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Jean Claude Lauzon

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September 11, 1992 | KENNETH TURAN, TIMES FILM CRITIC
After his first film, "Night Zoo," received a standing ovation at the Cannes Film Festival five years ago, French Canadian writer-director Jean-Claude Lauzon went out into the street to find blocked traffic and more applause. He literally pinched himself. But it didn't help. "I said to myself," he remembers, " 'This is not the answer to your anxieties.' I always thought it would be like climbing a hill, at some point you reach the top and start going down. People are waving, things get easier.
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ENTERTAINMENT
September 11, 1992 | KENNETH TURAN, TIMES FILM CRITIC
After his first film, "Night Zoo," received a standing ovation at the Cannes Film Festival five years ago, French Canadian writer-director Jean-Claude Lauzon went out into the street to find blocked traffic and more applause. He literally pinched himself. But it didn't help. "I said to myself," he remembers, " 'This is not the answer to your anxieties.' I always thought it would be like climbing a hill, at some point you reach the top and start going down. People are waving, things get easier.
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ENTERTAINMENT
January 25, 1998
I'm glad that there are artistically uncompromising filmmakers like the recently deceased French Canadian director Jean-Claude Lauzon (Film Clips, by Kenneth Turan, Jan. 11). For him, a movie wasn't just something to watch, but rather something to experience, to become involved in and to interact with. Not just a casual visual encounter but a total-body experience. He didn't make a movie, he literally lived it. KENNETH L. ZIMMERMAN Huntington Beach
ENTERTAINMENT
September 22, 1987 | Arts and entertainment reports from The Times, national and international news services and the nation's press
Director Rob Reiner's latest film "The Princess Bride" was a lonely American honoree among mostly Canadian award-winners at the Toronto Film Festival. The festival's jury, announcing the prizes Sunday, gave "Princess Bride" the Labatt's Award for the most popular film as voted by the audiences. The Toronto-CITY-TV Award, worth $25,000 (Canadian), went to Atom Egoyan for his "Family Viewing," while Kay Armitage won the Canadian Award for her film "Artist on Fire."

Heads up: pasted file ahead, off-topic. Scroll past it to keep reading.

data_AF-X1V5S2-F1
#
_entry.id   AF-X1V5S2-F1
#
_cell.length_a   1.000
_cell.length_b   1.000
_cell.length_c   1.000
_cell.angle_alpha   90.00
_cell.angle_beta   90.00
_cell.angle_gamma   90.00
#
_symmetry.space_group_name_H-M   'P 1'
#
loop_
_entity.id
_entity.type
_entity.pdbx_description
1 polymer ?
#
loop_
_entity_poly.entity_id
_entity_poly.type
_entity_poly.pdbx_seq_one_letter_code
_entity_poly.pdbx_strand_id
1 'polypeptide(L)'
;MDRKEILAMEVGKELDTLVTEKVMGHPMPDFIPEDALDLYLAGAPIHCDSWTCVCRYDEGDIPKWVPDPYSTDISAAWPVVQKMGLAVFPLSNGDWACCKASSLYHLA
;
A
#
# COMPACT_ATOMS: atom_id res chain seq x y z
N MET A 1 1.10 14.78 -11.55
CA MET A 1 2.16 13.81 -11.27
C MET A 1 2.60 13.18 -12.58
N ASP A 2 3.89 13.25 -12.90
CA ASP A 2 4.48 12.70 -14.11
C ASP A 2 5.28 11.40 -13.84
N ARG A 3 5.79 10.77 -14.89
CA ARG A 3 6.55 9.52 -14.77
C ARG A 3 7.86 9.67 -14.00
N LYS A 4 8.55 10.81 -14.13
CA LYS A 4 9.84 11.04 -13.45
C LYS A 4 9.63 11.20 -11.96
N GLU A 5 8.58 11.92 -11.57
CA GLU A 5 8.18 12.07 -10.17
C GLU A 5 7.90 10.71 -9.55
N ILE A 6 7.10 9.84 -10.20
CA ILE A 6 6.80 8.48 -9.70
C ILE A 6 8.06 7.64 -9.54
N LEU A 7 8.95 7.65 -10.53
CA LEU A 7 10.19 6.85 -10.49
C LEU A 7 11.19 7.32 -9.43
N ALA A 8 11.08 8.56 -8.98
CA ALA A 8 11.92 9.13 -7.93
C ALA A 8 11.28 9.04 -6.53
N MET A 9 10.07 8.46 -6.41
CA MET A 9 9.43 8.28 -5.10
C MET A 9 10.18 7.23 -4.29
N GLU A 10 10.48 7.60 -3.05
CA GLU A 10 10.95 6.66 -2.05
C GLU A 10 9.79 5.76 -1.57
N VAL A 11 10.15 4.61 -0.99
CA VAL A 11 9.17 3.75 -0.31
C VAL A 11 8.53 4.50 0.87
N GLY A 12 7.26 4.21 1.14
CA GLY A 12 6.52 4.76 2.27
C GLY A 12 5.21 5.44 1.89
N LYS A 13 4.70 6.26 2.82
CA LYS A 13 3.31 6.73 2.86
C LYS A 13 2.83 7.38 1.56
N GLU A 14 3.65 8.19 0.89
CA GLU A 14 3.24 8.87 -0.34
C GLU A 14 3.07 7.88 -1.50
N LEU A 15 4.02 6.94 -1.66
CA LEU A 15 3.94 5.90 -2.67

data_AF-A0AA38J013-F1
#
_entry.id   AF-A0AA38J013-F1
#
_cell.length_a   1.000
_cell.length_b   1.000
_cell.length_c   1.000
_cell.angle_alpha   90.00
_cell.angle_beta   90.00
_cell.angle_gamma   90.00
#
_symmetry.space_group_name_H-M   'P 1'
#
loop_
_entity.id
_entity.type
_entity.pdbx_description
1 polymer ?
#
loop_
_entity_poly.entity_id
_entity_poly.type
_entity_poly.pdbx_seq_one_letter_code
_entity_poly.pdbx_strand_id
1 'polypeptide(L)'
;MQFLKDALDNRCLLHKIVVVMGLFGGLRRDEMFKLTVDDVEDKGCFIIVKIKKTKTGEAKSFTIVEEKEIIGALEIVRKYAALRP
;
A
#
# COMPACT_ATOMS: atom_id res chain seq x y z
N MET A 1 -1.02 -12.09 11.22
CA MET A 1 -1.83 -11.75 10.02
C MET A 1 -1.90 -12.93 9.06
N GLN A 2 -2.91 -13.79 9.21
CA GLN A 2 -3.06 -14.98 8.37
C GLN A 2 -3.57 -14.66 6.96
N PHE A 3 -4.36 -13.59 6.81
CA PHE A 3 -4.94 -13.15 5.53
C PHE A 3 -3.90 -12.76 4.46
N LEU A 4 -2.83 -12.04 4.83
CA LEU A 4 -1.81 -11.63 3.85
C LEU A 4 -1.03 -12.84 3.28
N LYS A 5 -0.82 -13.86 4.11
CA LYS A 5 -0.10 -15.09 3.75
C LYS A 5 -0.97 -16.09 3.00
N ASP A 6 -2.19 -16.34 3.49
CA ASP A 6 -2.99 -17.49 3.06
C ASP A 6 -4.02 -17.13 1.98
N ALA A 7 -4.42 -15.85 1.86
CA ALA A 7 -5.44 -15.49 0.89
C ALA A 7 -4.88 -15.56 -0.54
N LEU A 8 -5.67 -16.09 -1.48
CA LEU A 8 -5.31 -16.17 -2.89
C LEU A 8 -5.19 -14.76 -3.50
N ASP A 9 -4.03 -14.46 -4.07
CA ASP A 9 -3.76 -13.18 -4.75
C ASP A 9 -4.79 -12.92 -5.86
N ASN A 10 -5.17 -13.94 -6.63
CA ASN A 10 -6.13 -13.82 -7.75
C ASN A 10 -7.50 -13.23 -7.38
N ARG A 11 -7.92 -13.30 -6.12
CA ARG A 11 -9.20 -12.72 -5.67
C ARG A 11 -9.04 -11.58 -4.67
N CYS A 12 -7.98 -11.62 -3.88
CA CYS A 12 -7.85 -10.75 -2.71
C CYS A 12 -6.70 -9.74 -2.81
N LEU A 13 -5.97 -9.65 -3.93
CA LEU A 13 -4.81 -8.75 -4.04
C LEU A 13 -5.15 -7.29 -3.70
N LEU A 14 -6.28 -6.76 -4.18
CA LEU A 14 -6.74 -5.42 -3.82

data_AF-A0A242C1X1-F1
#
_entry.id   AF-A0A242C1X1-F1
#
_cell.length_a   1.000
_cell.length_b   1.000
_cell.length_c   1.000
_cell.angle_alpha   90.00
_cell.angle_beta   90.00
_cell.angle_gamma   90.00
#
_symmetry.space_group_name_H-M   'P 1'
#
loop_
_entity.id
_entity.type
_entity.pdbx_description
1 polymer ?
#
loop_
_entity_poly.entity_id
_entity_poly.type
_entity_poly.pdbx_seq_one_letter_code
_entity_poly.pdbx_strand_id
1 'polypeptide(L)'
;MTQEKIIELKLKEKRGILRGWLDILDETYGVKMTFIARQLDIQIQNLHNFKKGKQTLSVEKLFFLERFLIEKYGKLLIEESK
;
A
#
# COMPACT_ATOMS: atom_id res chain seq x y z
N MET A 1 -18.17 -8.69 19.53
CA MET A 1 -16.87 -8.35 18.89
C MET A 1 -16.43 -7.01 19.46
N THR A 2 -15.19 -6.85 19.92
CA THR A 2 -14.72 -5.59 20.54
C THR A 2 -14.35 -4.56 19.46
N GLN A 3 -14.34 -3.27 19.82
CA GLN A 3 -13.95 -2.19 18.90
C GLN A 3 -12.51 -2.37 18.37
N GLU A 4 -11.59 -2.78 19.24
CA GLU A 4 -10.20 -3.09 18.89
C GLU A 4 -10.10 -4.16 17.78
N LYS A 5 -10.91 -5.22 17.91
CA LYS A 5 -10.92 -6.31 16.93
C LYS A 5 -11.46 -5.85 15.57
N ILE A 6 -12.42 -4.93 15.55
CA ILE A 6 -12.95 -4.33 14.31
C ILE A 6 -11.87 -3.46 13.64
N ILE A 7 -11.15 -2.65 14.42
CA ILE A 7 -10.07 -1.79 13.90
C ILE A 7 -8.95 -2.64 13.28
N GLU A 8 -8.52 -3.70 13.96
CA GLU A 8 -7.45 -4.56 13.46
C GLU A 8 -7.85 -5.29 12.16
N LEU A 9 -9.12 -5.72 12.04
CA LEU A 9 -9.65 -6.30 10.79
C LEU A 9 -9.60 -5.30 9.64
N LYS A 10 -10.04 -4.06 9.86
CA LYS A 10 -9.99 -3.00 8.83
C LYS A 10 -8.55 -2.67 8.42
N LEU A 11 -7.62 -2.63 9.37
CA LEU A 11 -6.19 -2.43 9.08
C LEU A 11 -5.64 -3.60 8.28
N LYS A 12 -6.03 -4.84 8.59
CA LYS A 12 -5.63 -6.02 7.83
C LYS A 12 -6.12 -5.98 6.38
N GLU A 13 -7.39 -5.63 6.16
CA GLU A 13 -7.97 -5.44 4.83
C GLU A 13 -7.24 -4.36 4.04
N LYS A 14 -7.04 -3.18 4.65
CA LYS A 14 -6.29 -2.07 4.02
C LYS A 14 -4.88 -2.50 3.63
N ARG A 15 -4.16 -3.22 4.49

NEWS
September 25, 1994 | Kenneth Turan
Nothing describes "Leolo," nothing does it justice. It's a film you feel more than analyze, a movie that offers emotional rather than literal images. And though it is as intoxicated with language as it is with images, it comes so strongly from memory and the subconscious that it resists tidy summation.
ENTERTAINMENT
April 28, 1993 | KENNETH TURAN, TIMES FILM CRITIC
Nothing describes "Leolo," nothing does it justice. It's a film you feel more than analyze, a movie that makes emotional rather than literal sense. And though it is as intoxicated with language as it is with images, it comes so strongly from memory and the subconscious that it resists tidy summation. Without boundaries, a fever dream of imagination, poetry and love, it simply must be seen.
ENTERTAINMENT
May 27, 1988 | KEVIN THOMAS
It's understandable why Jean-Claude Lauzon's "Night Zoo" (at the AMC Century 14) has become the most honored Canadian film in years, perhaps ever. It has passion, energy and flash, not qualities we usually associate with the generally sedate Canadian cinema. It is far from flawless but is venturesome and entertaining, marking an exciting feature debut for Lauzon.
ENTERTAINMENT
May 6, 1988 | JACK MATHEWS, Times Staff Writer
Italian director Bernardo Bertolucci was the chosen one at the recent Oscar show, but he didn't get a call from the 1,233 international film directors polled for the 1987 Orsons. The Orsons, named after the late Orson Welles, who would have been 78 today, are voted in seven categories and the big winner this year was France's Louis Malle.
ENTERTAINMENT
November 4, 1987 | KEVIN THOMAS, Times Staff Writer
The Festival of New Quebec Films, with 11 pictures, runs Friday through Nov. 12 at the Monica 4-Plex. In the Canadian cinema the language barrier acts as a protection for its French-speaking film industry; its English-speaking film makers are constantly faced with the competition of American films and with being coopted on their own ground by U.S. productions.
ENTERTAINMENT
January 11, 1998 | Kenneth Turan, Kenneth Turan is The Times' film critic
It happened late one night several weeks ago. Leaving Hollywood's Raleigh Studios after a screening, alone and nearly the last off the lot, I turned left onto Bronson as usual. Suddenly, all in a rush, I found myself overwhelmed and near tears. And I knew, even before the feeling became a thought, that I would be writing about Jean-Claude Lauzon.
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